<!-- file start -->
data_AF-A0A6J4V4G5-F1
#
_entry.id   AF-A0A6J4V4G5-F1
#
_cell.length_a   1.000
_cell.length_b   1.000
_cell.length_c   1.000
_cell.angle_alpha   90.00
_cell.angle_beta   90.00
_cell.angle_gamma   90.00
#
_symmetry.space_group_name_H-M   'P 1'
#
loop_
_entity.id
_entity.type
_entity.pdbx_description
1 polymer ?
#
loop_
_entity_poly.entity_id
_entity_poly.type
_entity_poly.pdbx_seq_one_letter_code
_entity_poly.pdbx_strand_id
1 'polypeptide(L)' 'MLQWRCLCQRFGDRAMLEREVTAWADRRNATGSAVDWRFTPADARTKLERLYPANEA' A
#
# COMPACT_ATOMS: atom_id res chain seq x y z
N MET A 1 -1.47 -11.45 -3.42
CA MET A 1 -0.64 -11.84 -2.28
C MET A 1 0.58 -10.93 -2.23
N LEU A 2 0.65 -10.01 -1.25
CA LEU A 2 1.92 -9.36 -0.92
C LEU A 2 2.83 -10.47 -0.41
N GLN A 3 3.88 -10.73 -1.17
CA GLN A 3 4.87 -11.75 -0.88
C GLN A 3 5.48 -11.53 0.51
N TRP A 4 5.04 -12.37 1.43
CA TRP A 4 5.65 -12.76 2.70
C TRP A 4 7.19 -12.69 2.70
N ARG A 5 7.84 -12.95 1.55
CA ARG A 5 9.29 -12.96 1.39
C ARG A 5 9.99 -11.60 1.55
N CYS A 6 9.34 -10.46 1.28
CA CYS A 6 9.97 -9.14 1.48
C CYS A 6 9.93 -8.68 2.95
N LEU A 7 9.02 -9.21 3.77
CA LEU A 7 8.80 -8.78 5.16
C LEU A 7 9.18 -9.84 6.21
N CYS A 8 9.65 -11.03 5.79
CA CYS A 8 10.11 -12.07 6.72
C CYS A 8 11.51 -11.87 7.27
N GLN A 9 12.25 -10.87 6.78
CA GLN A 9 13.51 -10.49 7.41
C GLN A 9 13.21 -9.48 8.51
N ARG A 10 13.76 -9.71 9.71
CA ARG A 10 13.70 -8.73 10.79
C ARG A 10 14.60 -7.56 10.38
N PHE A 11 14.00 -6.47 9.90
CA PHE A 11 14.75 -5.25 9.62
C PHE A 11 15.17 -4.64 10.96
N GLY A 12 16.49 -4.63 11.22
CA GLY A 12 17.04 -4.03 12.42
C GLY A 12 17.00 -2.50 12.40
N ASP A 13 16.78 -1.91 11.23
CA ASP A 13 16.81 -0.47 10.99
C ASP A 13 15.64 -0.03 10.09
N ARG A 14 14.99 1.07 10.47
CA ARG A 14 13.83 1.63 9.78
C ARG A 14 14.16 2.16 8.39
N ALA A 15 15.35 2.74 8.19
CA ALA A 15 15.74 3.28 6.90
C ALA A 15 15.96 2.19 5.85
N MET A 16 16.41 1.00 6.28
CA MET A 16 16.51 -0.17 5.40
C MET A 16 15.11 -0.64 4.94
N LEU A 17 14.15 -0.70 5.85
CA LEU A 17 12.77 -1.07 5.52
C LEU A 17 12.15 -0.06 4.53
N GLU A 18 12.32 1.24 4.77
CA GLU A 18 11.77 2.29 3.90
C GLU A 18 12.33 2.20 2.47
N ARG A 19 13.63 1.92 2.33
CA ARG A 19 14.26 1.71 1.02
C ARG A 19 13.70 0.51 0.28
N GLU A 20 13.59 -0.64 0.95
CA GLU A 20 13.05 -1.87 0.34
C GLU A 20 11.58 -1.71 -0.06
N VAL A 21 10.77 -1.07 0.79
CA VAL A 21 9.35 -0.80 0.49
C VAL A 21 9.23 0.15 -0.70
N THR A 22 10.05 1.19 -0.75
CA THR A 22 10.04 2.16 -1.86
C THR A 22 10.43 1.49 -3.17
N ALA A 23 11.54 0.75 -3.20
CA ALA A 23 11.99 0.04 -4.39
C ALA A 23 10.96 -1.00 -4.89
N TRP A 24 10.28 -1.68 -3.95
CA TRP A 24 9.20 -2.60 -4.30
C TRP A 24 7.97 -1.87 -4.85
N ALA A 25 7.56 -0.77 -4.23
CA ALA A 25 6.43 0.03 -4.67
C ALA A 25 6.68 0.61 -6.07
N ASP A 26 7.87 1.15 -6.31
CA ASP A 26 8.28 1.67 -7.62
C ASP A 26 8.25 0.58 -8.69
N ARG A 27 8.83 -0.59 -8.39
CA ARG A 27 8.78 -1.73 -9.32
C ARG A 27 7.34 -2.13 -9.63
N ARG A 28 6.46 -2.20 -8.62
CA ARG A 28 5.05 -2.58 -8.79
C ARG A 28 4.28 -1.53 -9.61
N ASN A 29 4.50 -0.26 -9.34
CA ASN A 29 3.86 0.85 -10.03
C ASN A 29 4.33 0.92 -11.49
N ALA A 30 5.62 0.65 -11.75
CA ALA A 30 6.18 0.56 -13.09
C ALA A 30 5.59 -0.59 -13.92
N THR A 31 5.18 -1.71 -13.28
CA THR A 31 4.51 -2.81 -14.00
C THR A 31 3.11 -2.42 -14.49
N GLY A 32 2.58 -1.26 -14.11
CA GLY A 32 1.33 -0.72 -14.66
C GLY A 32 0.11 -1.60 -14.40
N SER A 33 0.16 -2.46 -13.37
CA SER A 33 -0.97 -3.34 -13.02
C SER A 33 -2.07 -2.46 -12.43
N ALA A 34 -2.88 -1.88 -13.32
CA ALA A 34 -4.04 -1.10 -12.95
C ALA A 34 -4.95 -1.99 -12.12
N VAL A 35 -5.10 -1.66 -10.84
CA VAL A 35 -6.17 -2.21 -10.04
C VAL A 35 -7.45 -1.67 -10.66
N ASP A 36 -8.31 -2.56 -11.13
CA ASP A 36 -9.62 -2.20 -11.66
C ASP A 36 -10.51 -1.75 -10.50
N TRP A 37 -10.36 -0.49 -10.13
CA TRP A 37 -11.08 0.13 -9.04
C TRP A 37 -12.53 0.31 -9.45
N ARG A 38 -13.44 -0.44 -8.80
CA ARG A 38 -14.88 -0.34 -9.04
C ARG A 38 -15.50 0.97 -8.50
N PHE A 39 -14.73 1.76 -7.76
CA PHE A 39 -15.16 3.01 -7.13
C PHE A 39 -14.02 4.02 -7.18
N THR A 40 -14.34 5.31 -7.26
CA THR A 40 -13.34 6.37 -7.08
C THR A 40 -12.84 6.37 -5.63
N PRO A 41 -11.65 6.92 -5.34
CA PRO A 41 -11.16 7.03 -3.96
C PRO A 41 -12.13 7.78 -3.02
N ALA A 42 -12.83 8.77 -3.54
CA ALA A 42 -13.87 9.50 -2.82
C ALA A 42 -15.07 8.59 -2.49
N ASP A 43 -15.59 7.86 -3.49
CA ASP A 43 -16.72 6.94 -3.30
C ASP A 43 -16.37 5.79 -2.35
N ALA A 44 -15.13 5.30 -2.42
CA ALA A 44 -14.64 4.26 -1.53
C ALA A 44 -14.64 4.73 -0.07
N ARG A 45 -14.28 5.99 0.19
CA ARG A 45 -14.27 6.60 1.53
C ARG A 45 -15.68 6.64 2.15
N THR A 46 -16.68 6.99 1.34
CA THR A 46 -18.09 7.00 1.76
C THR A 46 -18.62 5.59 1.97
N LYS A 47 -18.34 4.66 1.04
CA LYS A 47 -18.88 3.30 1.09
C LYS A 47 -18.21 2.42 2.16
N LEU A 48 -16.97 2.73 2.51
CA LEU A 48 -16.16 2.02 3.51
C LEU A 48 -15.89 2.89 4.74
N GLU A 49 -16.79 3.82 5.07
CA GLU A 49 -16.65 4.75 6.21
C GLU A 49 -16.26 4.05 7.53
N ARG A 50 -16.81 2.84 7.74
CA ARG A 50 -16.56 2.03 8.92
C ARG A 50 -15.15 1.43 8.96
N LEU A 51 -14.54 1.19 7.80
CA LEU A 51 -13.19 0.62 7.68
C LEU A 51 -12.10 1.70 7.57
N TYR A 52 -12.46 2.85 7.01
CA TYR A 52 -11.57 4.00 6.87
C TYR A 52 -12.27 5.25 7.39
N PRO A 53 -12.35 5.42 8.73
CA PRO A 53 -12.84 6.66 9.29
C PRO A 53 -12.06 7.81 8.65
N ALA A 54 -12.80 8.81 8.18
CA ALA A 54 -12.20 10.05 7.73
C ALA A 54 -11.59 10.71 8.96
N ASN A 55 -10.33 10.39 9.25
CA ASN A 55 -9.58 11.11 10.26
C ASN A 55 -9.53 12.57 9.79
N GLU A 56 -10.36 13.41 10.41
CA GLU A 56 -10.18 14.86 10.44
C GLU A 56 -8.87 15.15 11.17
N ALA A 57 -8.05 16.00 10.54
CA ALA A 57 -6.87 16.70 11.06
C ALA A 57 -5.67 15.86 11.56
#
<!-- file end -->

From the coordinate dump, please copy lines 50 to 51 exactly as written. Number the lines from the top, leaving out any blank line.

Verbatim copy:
CA CYS A 8 10.11 -12.07 6.72
C CYS A 8 11.51 -11.87 7.27